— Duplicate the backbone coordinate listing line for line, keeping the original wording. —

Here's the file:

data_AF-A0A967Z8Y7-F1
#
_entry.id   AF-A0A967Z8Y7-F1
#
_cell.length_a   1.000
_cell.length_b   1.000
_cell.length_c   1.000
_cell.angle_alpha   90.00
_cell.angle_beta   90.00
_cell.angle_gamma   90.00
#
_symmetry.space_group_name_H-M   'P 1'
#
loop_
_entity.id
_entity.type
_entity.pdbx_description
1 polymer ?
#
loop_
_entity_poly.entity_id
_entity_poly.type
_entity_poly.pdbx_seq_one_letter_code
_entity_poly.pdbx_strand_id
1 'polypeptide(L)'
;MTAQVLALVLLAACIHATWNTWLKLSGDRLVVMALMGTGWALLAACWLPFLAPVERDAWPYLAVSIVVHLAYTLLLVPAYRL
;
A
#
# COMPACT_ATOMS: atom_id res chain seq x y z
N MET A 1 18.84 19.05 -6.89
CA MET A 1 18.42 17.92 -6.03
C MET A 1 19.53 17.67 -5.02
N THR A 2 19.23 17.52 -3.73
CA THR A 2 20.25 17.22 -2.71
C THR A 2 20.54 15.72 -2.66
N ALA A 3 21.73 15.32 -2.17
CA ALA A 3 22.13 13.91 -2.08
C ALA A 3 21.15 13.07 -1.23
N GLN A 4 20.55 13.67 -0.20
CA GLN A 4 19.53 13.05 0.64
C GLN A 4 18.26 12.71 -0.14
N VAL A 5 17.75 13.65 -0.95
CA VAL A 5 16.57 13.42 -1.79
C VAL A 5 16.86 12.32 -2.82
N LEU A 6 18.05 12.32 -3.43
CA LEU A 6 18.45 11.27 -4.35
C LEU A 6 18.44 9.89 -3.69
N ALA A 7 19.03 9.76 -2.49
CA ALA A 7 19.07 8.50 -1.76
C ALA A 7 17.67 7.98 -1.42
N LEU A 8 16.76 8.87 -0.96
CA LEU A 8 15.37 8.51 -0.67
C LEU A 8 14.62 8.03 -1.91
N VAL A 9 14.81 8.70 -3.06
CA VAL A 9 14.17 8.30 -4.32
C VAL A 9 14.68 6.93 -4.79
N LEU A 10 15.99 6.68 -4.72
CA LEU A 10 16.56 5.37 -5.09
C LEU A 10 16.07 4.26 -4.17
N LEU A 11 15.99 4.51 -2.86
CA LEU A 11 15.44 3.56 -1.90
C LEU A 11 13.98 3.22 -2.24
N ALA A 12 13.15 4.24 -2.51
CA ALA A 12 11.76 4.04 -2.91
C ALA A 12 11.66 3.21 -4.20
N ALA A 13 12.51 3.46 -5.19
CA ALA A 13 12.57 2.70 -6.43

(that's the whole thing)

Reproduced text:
data_AF-A0A967Z8Y7-F1
#
_entry.id   AF-A0A967Z8Y7-F1
#
_cell.length_a   1.000
_cell.length_b   1.000
_cell.length_c   1.000
_cell.angle_alpha   90.00
_cell.angle_beta   90.00
_cell.angle_gamma   90.00
#
_symmetry.space_group_name_H-M   'P 1'
#
loop_
_entity.id
_entity.type
_entity.pdbx_description
1 polymer ?
#
loop_
_entity_poly.entity_id
_entity_poly.type
_entity_poly.pdbx_seq_one_letter_code
_entity_poly.pdbx_strand_id
1 'polypeptide(L)'
;MTAQVLALVLLAACIHATWNTWLKLSGDRLVVMALMGTGWALLAACWLPFLAPVERDAWPYLAVSIVVHLAYTLLLVPAYRL
;
A
#
# COMPACT_ATOMS: atom_id res chain seq x y z
N MET A 1 18.84 19.05 -6.89
CA MET A 1 18.42 17.92 -6.03
C MET A 1 19.53 17.67 -5.02
N THR A 2 19.23 17.52 -3.73
CA THR A 2 20.25 17.22 -2.71
C THR A 2 20.54 15.72 -2.66
N ALA A 3 21.73 15.32 -2.17
CA ALA A 3 22.13 13.91 -2.08
C ALA A 3 21.15 13.07 -1.23
N GLN A 4 20.55 13.67 -0.20
CA GLN A 4 19.53 13.05 0.64
C GLN A 4 18.26 12.71 -0.14
N VAL A 5 17.75 13.65 -0.95
CA VAL A 5 16.57 13.42 -1.79
C VAL A 5 16.86 12.32 -2.82
N LEU A 6 18.05 12.32 -3.43
CA LEU A 6 18.45 11.27 -4.35
C LEU A 6 18.44 9.89 -3.69
N ALA A 7 19.03 9.76 -2.49
CA ALA A 7 19.07 8.50 -1.76
C ALA A 7 17.67 7.98 -1.42
N LEU A 8 16.76 8.87 -0.96
CA LEU A 8 15.37 8.51 -0.67
C LEU A 8 14.62 8.03 -1.91
N VAL A 9 14.81 8.70 -3.06
CA VAL A 9 14.17 8.30 -4.32
C VAL A 9 14.68 6.93 -4.79
N LEU A 10 15.99 6.68 -4.72
CA LEU A 10 16.56 5.37 -5.09
C LEU A 10 16.07 4.26 -4.17
N LEU A 11 15.99 4.51 -2.86
CA LEU A 11 15.44 3.56 -1.90
C LEU A 11 13.98 3.22 -2.24
N ALA A 12 13.15 4.24 -2.51
CA ALA A 12 11.76 4.04 -2.91
C ALA A 12 11.66 3.21 -4.20
N ALA A 13 12.51 3.46 -5.19
CA ALA A 13 12.57 2.70 -6.43